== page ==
We are often told to relinquish this battle, told that the academy is of little significance, that this is a battle that is not worth fighting. Yet, if we take a moment to see the history of how we ended up here, we see that the British destroyed our traditional educational systems like the gurukula system, the traditional way in which knowledge about Hinduism has been transmitted for thousands of years.  

  • Because the infrastructure for producing our own home team of Hindu scholars has been destroyed, we are at a serious disadvantage in producing indigenous Hindu scholarship independent of the Western academic system. Any current initiatives to promote traditional Hindu forms of education are immediately derailed as being fundamentalist  Hindutva. And when budding Hindu scholars do try to enter academia, the process is so politicised, that they either have to buy into existing academic dogma or else face a doomed academic career. In the process, entire generations of potential scholars of Hinduism have been lost, and the subsequent loss of a true diversity of perspectives is a loss we all suffer.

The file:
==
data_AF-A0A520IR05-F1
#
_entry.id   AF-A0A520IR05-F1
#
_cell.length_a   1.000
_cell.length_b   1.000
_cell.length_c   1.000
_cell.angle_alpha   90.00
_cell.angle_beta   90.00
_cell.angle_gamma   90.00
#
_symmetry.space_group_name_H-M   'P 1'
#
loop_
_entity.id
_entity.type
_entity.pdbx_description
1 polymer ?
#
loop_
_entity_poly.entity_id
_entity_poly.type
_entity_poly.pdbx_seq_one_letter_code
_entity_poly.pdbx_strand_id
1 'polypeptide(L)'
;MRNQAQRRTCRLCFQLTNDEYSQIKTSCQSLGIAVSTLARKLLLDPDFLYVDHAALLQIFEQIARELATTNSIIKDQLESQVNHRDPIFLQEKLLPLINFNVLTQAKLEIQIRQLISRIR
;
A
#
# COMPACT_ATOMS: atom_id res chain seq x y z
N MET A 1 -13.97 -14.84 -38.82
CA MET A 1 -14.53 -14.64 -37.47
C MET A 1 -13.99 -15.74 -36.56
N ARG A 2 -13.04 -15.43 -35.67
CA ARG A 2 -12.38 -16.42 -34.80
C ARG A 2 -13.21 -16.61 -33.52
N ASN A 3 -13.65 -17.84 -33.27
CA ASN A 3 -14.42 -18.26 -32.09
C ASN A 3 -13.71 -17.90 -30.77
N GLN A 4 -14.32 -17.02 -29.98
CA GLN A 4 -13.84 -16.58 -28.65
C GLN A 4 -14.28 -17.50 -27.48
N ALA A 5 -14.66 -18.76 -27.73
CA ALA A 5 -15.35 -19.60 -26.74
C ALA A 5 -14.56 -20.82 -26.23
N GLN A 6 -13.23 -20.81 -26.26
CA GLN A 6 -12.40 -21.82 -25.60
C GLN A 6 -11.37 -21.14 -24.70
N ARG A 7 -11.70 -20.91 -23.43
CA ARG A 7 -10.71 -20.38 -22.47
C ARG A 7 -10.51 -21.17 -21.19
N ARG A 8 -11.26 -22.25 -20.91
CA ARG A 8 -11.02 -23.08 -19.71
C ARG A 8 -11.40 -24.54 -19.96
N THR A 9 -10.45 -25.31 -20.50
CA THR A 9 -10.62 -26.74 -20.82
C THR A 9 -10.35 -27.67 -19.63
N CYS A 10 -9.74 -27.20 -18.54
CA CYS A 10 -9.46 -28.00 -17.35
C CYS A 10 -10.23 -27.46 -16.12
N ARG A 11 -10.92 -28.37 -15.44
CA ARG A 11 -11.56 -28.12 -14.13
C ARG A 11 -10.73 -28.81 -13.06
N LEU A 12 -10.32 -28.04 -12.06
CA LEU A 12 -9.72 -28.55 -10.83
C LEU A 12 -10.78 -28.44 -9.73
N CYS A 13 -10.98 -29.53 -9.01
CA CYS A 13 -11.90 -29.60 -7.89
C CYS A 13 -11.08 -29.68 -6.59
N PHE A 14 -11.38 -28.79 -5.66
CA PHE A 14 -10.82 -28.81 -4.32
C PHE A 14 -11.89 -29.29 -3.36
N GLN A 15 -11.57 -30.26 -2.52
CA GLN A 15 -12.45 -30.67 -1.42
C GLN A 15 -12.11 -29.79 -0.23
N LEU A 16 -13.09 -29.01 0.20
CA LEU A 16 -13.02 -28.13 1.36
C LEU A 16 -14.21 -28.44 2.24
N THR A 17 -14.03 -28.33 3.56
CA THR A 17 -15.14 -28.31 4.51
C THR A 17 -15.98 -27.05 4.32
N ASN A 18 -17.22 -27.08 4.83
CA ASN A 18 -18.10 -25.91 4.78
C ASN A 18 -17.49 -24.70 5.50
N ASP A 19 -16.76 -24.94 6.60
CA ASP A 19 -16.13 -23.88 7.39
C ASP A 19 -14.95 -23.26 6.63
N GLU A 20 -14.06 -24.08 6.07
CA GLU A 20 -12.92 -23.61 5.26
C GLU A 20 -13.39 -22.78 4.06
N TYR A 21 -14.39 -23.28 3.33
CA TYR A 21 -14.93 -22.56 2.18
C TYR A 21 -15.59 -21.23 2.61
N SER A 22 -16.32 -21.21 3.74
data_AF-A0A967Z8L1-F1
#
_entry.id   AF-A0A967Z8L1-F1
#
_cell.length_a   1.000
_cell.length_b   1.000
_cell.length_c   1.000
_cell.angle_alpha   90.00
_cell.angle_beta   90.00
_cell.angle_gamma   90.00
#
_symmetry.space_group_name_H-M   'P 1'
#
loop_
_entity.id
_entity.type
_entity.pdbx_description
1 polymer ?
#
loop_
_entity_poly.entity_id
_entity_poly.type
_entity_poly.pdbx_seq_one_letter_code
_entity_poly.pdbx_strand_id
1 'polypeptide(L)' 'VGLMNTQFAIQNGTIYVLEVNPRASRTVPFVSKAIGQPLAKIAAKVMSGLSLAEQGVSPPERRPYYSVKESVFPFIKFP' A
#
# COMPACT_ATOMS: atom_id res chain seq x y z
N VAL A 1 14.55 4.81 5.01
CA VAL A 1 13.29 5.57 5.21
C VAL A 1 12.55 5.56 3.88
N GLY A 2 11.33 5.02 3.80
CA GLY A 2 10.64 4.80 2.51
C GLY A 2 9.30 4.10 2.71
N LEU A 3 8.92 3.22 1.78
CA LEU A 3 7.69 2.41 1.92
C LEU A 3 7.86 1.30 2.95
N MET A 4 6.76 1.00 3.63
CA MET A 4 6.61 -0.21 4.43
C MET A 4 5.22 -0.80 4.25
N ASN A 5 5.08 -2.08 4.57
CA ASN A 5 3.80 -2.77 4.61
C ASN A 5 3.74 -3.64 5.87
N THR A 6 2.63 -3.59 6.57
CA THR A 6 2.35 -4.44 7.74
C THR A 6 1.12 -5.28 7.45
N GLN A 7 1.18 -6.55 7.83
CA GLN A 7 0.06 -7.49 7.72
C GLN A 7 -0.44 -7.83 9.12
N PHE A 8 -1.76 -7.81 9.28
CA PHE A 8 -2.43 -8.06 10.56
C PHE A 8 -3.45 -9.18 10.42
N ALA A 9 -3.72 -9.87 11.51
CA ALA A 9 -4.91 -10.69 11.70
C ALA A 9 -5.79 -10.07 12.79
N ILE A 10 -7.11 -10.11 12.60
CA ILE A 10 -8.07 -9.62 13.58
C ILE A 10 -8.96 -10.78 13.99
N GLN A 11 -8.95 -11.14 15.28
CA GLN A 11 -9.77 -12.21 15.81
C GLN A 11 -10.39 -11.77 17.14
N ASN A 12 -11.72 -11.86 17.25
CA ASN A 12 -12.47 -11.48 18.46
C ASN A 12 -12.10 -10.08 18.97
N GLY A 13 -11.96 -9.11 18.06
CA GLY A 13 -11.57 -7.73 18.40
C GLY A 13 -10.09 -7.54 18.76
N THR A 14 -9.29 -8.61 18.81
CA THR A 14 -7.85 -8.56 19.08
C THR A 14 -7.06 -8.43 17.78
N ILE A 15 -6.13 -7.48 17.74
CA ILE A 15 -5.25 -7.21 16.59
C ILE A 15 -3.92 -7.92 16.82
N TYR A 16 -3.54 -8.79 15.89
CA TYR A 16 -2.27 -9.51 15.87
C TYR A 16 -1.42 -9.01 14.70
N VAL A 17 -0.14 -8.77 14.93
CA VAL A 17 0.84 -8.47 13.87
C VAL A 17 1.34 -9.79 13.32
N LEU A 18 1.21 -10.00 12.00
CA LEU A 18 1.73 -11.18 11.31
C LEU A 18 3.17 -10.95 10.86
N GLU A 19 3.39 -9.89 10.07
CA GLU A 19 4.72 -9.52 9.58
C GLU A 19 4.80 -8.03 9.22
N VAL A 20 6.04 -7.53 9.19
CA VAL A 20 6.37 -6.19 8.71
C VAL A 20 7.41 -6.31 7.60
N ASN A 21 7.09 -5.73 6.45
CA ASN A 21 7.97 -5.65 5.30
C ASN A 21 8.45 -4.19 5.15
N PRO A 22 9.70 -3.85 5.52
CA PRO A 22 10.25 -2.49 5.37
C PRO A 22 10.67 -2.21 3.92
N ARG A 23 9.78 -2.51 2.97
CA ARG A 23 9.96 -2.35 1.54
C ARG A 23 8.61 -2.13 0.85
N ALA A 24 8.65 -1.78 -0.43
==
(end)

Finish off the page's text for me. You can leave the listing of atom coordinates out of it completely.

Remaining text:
In such a climate, the onus is therefore on the academic establishment to promote emic Hindu perspectives and scholarship to balance out the one-dimensional representations dominating Hinduism Studies today.

It is not that we eschew honest critiques and evaluations of Hinduism. We just believe that our tradition is rich enough to be engaged on its own terms.